Coaching & Leadership Development
April 23, 2017

How School Leadership Became a High Risk Job

How School Leadership Became a High Risk Job

 

It’s a job that requires years of training and experience, involves dealing with forces that are largely out of your control, and can be over in a flash because of just one instance of underperformance.

 

While it sounds unbelievable, or like a description of a Special Forces fighter or a brain surgeon to most people, it’s a situation that Head teachers are well familiar with — because in the face of increased scrutiny, it’s what the job has become.

 

“If the grades aren’t met, you’re out.”

 

You’re only as good as your latest results in the modern school system, which leaves Heads in the impossible position of trying to create an environment that’s great for learning while having to constantly salvage their jobs.

 

It takes a huge investment of time, money, and training to become a school leader, yet many Heads can be out within a month or less of one bad report, leaving them at the mercy of compromise agreements in which they get a payout for agreeing not to talk about the circumstances surrounding their departure.

 

Under the school system as it stands, standards for school are rigidly uniform, and rigidly enforced .All schools must meet the same levels of performance in the same way and at the same pace, irrespective of the any differences between schools and the communities they serve…

 

There’s no room for flexibility, and any attempt to discuss the very real external challenges that affect some students while they’re at school and the impact that those have on grades is seen as making excuses.

 

Fragility and Breakdown

 

Where there is a perceived need to accelerate standards at any cost, Heads are moved in and out of schools, before they have been able to see the fruits of their labour.  As a result it becomes increasingly difficult to make long term changes and develop a body of actual, human beings into a vibrant, thriving Learning Community.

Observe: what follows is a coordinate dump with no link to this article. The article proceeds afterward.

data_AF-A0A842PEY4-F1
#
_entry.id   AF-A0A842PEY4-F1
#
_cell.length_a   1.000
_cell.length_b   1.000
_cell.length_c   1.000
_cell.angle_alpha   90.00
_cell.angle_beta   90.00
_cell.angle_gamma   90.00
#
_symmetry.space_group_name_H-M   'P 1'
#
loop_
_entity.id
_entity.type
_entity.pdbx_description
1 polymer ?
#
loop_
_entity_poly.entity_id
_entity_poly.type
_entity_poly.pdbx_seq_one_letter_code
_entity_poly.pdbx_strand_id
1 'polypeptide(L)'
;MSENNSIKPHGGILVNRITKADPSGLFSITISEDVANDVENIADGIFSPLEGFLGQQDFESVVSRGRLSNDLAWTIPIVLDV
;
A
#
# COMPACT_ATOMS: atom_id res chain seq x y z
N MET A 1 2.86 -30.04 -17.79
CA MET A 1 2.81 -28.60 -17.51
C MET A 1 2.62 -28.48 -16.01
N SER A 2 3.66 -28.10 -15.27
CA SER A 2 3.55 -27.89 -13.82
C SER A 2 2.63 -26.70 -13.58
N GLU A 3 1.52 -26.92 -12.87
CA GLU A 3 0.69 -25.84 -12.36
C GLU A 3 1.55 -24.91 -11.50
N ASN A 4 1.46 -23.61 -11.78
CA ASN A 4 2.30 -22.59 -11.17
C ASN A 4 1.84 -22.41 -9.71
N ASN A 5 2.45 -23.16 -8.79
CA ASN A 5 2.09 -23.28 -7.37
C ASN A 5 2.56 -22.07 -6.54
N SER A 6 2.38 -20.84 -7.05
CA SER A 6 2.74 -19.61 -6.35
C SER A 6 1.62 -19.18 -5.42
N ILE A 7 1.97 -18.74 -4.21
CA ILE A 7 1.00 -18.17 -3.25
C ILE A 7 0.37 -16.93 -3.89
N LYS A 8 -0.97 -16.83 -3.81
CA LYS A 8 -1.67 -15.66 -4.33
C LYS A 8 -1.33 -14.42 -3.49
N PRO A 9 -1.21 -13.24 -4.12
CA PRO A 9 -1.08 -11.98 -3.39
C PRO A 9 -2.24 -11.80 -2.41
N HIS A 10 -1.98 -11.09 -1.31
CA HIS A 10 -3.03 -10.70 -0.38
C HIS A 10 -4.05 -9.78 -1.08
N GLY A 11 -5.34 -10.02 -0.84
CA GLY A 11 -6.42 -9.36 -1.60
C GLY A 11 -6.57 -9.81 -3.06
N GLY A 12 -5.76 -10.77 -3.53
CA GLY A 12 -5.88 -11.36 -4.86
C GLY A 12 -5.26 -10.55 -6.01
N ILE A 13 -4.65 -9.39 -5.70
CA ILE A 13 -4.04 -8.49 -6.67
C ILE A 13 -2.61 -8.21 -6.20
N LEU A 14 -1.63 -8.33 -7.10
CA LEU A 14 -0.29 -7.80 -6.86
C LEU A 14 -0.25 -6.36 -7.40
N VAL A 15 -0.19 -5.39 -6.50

Instead pupils are reduced to numbers that have to look good on a spreadsheet. Schools become fragile and bunker down, making it impossible for anything to really get embedded.

 

This pattern continues in many Heads’ homes, where their families suffer from the normalization of extreme work patterns, divorce, and tragically, suicide are increasingly becoming the unspoken hallmarks of the profession.

 

It’s impossible to overstate the impact that increased scrutiny has had on schools, school leaders, and their families. This is a system that’s lost compassion; a system that doesn’t understand that compassion and high expectations can sit together.

 

But it doesn’t have to be this way…

When I look back on my years as a Head Teacher and now with the work that I do with school leaders, I realise just how easy it is for school leaders to accept tiredness, emotional overload and irritability as the norm.  

 

For me, the realisation came about, after a particularly challenging encounter with a parent. I had become so used to numbing out my emotions and wearing my ‘super-head’ cloak, that when my emotions did finally catch up with me, I was at a loss as to what to do.

 

All I could do was sit in my car and cry and cry and cry! It was only when this happened and after some deep soul searching, that I realised why I had got to this place and what had been missing from my life as a Head teacher …  Support!

 

I’m not talking about the type of support Head teachers get from school advisors, governors or fellow colleagues. It was a different type of support that I realised had been missing.

 

I needed support that was confidential and non-judgemental. I needed a space where just for a while, I could take off my cloak and be me. A space where I could show my vulnerabilities and be supported to make sense of my own emotions in relation to the demands of the role.

 

Sadly, some 15 years later, there is still a woeful lack of ‘proper’ support for those who are at the helm. As a result, there are many Heads for whom emotional overload is a still hallmark of the role.

 

It’s for this reason, why I now offer FREE “Coaching for the Soul” Calls to provide school leaders with a safe, non-judgemental space to  talk through the challenges of the role.

 

This call offers a confidential space where leaders can:

–  Talk through the challenges they’re facing and find solutions

–  Receive support and encouragement in their current situation

–  Reflect on recent events and the impact they are having

–  Gain clarity around their thoughts and plan a way forward

 

Book Your Call

 If you feel like you’d benefit from a call like this or perhaps know someone who would, please follow the link above!

 

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